Personally, I have found with age that many things can change. Slightly lowered saddle height, short & shallow handlebars, narrower handlebars, shoe inserts, cut-outs in my saddles, etc. the right tires at the right pressure are more important to me than before. I am also of the opinion that there is not 'One Perfect Fit', and that the cockpit components need to be right for you.
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Old 02-08-22, 05:18 AM
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Originally Posted by Wildwood View Post
I'm 70, been cycling 35 years continuously - not counting the kid & teen years.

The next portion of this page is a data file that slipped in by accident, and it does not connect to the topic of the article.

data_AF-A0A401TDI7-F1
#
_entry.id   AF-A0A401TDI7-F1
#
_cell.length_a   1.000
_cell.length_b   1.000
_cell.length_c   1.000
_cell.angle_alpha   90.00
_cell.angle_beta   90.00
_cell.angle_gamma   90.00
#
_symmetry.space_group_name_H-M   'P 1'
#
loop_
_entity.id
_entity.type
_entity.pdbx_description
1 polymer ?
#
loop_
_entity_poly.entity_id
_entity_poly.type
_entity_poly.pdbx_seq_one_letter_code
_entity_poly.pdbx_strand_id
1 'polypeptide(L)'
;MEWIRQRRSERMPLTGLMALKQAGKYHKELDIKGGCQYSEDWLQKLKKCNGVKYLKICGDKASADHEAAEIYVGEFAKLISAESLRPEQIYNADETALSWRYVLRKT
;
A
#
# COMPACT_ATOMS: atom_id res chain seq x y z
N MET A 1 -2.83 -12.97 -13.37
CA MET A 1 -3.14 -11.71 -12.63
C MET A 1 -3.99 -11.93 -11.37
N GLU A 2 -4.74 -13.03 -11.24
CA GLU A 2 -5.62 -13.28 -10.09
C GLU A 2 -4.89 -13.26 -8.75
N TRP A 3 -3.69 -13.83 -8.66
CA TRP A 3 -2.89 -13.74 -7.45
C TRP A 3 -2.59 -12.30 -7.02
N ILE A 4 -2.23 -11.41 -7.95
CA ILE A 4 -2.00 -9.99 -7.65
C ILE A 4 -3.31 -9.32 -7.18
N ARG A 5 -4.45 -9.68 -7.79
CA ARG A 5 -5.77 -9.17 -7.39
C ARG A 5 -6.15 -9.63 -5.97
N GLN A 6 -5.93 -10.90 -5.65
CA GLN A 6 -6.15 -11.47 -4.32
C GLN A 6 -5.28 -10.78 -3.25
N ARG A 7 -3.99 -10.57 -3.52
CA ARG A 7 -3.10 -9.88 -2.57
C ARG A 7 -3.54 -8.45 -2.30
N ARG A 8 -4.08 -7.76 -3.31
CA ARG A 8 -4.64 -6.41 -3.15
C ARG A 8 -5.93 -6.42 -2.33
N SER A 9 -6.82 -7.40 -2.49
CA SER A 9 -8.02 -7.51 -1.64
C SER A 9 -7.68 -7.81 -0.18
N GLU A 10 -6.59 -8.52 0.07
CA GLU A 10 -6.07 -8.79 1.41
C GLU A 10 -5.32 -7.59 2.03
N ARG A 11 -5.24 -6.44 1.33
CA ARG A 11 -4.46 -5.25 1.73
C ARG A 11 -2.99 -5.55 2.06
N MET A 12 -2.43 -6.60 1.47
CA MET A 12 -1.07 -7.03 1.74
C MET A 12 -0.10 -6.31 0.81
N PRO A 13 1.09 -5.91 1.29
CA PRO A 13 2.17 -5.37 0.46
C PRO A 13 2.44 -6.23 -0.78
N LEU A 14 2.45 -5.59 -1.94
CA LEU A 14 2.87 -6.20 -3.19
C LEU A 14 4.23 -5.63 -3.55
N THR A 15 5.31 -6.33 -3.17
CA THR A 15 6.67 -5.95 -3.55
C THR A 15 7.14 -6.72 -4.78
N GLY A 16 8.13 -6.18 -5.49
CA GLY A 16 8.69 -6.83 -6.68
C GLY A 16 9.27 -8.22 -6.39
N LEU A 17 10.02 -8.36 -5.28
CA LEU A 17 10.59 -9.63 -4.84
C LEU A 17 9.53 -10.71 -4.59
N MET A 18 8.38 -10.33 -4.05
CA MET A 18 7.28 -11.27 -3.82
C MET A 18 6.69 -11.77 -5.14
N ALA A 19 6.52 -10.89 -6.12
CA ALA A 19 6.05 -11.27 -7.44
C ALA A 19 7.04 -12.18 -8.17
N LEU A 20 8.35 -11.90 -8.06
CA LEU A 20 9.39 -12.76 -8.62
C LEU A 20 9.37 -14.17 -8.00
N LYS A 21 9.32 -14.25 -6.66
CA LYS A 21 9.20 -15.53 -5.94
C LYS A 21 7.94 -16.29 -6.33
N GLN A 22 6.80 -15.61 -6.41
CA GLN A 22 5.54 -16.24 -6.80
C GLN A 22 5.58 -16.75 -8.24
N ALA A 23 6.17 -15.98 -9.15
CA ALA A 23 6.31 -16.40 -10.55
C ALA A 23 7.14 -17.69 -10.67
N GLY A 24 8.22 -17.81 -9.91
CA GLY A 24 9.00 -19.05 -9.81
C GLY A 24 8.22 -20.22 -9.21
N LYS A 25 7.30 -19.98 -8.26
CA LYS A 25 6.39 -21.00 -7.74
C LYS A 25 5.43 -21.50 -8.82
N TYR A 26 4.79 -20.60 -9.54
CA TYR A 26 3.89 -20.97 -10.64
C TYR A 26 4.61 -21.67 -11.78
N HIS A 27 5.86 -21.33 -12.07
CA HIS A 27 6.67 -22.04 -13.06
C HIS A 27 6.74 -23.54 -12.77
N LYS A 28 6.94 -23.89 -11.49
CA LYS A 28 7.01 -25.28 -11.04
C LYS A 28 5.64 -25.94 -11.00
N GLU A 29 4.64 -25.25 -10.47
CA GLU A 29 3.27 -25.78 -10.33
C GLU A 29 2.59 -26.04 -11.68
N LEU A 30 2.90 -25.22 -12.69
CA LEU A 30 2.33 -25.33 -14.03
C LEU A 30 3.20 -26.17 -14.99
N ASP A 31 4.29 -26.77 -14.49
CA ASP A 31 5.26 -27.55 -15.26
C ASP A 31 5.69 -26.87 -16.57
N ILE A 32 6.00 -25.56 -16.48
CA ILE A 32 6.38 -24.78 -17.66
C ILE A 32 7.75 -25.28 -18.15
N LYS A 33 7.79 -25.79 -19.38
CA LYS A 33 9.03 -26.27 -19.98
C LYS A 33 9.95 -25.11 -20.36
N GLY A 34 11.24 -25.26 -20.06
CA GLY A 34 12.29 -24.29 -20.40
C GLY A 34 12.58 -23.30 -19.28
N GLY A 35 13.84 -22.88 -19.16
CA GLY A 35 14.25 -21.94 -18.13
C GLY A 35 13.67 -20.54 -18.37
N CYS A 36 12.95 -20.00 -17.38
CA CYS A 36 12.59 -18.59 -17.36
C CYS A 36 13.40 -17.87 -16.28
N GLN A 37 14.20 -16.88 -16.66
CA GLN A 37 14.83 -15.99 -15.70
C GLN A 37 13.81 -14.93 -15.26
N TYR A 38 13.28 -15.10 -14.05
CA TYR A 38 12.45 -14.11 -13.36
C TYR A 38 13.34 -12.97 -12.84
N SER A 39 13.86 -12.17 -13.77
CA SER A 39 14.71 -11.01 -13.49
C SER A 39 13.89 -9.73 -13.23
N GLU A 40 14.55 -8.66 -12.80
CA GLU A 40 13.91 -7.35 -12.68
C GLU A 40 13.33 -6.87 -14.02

Comfort at the touch points is important. I think there are issues at the touch points to address before a bike fit. Specifically, 1) saddle & shorts, 2) shoes/pedals, 3) gloves & handlebar/wrap.

If you are riding 'comfortably' now (meaning these 3 points are not causing pain early in the ride), then I would wait on a bike fit until your fitness improves some. Say, put the drop bars back on and ride for a month or so to adjust to them. The reasoning being that your 'proper fit' often changes as your body changes.

Personally, I have found with age that many things can change. Slightly lowered saddle height, short & shallow handlebars, narrower handlebars, shoe inserts, cut-outs in my saddles, etc. the right tires at the right pressure are more important to me than before. I am also of the opinion that there is not 'One Perfect Fit', and that the cockpit components need to be right for you.